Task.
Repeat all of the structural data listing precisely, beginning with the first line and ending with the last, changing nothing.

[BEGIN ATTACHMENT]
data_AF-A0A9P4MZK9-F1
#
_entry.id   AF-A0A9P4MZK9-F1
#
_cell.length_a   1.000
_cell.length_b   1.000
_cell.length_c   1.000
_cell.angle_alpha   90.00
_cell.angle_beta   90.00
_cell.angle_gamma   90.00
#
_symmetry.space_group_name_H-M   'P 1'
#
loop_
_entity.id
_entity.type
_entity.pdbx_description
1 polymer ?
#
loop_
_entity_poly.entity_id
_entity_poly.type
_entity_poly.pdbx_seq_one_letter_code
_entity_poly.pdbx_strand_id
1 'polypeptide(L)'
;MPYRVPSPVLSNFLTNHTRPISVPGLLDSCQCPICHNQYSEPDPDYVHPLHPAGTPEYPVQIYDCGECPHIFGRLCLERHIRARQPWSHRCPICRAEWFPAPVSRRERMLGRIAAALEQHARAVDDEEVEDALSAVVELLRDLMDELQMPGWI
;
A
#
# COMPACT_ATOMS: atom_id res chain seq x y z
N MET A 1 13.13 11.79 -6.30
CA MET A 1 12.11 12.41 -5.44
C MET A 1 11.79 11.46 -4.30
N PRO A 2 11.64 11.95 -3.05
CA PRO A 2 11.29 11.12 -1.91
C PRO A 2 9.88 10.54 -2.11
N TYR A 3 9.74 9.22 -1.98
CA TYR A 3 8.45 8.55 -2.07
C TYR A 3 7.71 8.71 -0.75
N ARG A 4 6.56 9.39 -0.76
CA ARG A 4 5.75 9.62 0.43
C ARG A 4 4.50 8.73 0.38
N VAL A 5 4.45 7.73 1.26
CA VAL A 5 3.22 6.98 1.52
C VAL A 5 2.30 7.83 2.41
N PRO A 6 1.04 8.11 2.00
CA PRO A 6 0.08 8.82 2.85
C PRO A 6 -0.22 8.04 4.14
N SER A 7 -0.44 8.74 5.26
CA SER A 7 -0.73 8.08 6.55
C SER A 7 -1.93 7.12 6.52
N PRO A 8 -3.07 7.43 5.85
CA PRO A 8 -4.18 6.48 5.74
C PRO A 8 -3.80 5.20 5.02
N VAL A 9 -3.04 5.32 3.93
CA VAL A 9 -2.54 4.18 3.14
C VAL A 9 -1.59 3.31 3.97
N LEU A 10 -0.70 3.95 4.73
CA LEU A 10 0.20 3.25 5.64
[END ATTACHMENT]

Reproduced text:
data_AF-A0A9P4MZK9-F1
#
_entry.id   AF-A0A9P4MZK9-F1
#
_cell.length_a   1.000
_cell.length_b   1.000
_cell.length_c   1.000
_cell.angle_alpha   90.00
_cell.angle_beta   90.00
_cell.angle_gamma   90.00
#
_symmetry.space_group_name_H-M   'P 1'
#
loop_
_entity.id
_entity.type
_entity.pdbx_description
1 polymer ?
#
loop_
_entity_poly.entity_id
_entity_poly.type
_entity_poly.pdbx_seq_one_letter_code
_entity_poly.pdbx_strand_id
1 'polypeptide(L)'
;MPYRVPSPVLSNFLTNHTRPISVPGLLDSCQCPICHNQYSEPDPDYVHPLHPAGTPEYPVQIYDCGECPHIFGRLCLERHIRARQPWSHRCPICRAEWFPAPVSRRERMLGRIAAALEQHARAVDDEEVEDALSAVVELLRDLMDELQMPGWI
;
A
#
# COMPACT_ATOMS: atom_id res chain seq x y z
N MET A 1 13.13 11.79 -6.30
CA MET A 1 12.11 12.41 -5.44
C MET A 1 11.79 11.46 -4.30
N PRO A 2 11.64 11.95 -3.05
CA PRO A 2 11.29 11.12 -1.91
C PRO A 2 9.88 10.54 -2.11
N TYR A 3 9.74 9.22 -1.98
CA TYR A 3 8.45 8.55 -2.07
C TYR A 3 7.71 8.71 -0.75
N ARG A 4 6.56 9.39 -0.76
CA ARG A 4 5.75 9.62 0.43
C ARG A 4 4.50 8.73 0.38
N VAL A 5 4.45 7.73 1.26
CA VAL A 5 3.22 6.98 1.52
C VAL A 5 2.30 7.83 2.41
N PRO A 6 1.04 8.11 2.00
CA PRO A 6 0.08 8.82 2.85
C PRO A 6 -0.22 8.04 4.14
N SER A 7 -0.44 8.74 5.26
CA SER A 7 -0.73 8.08 6.55
C SER A 7 -1.93 7.12 6.52
N PRO A 8 -3.07 7.43 5.85
CA PRO A 8 -4.18 6.48 5.74
C PRO A 8 -3.80 5.20 5.02
N VAL A 9 -3.04 5.32 3.93
CA VAL A 9 -2.54 4.18 3.14
C VAL A 9 -1.59 3.31 3.97
N LEU A 10 -0.70 3.95 4.73
CA LEU A 10 0.20 3.25 5.64